The Liberal MP for Saint-Laurent, Emmanuella Lambropoulos, and the president of the PLC in Quebec, Chelsea Craig, spoke without filter. According to the first, French in Quebec is not in decline and for the second, Bill 101, which dictates which language to use, is oppressive.
Justin Trudeau, in 2012, before coming to power did not want Bill 101 to be strengthened despite the decline of French in Quebec. “We must avoid relaunching the old debates on language. A tightening of the law would penalize Francophones who wish to offer better future prospects to their children. “
This week, the two young Liberals were quickly scolded. First by their colleague, Minister responsible for Official Languages, Mélanie Joly, who reacted by using three adjectives, “stunned”, “stunned” and “disappointed”. It is his way of serving his chief, the prince of mea culpa.
Justin Trudeau, he says, hand on heart, that he is a defender of Bill 101. Except that he still refuses that companies under federal jurisdiction are subject to this law. One might think that Justin Trudeau, faced with the possibility of an election call, would be inappropriate to give in to this demand from Prime Minister Legault, a nationalist whom he should not often praise.
Bill 101, let’s wake up, will never have the support of anglophones or allophones. Except among a few eccentrics touched by the plight of small minority peoples.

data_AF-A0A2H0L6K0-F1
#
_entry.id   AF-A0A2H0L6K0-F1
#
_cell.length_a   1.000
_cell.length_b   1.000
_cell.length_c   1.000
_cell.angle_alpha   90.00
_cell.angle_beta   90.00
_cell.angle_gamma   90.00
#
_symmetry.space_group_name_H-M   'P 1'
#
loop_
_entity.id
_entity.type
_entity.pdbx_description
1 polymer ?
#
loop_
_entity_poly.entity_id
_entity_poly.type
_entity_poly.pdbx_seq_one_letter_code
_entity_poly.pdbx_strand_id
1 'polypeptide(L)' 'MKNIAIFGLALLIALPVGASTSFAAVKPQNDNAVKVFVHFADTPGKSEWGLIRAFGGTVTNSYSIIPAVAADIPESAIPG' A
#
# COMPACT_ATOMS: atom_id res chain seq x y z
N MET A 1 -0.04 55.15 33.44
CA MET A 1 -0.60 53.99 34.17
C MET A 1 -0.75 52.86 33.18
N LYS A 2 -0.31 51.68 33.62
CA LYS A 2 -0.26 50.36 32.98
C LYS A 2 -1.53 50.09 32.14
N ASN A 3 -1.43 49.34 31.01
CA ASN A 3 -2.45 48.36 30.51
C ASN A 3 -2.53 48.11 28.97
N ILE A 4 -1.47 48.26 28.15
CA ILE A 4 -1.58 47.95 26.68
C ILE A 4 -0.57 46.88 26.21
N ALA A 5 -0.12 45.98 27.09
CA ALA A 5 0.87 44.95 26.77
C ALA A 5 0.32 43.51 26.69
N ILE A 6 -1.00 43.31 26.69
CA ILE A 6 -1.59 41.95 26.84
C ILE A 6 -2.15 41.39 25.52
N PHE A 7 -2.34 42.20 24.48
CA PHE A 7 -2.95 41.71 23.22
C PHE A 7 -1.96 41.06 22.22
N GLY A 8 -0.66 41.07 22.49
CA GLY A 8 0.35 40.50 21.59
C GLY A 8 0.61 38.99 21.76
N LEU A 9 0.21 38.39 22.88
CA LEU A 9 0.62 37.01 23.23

Let us not forget, on the other hand, that French Quebec allows Canada to still stand out from the United States. Unfortunately, the country is on the road to a galloping cultural and political Americanization.
Canada is English speaking, but in reality it has become multilingual and English is above all the instrument of communication between its inhabitants from coast to coast. Moreover, it is its cultural diversity that is put forward by Justin Trudeau and not its language, which is no longer carried by the English-Canadian nationalism of the last century with its writers, among others, who embodied Canadian culture still strongly influenced by England at the time.
French is on the decline in Quebec and the Francophone communities outside Quebec are only a shadow of themselves because of Canadian indifference. A year ago, I returned to francophone communities in Manitoba, Ontario and New Brunswick to make a documentary that Radio-Canada broadcast in October 2019.
It was a painful experience indeed. Not only are Francophones evidently disappearing under the pressure of waves of immigrants, but they reflect back to us the image of our own decline. This does not detract from the dignity of their fight.
Emmanuella and Chelsea have said aloud what we think from coast to coast to the official unilingualism of Quebec. Their apologies are an insult to our intelligence. Like the changing words of Justin Trudeau on Bill 101 according to the political issues of the moment.
Quebeckers must impose their law at home. By understanding that it is not the Supreme Court that will decide for them. It is their government elected by the majority and which will have the courage of its ambitions in due course.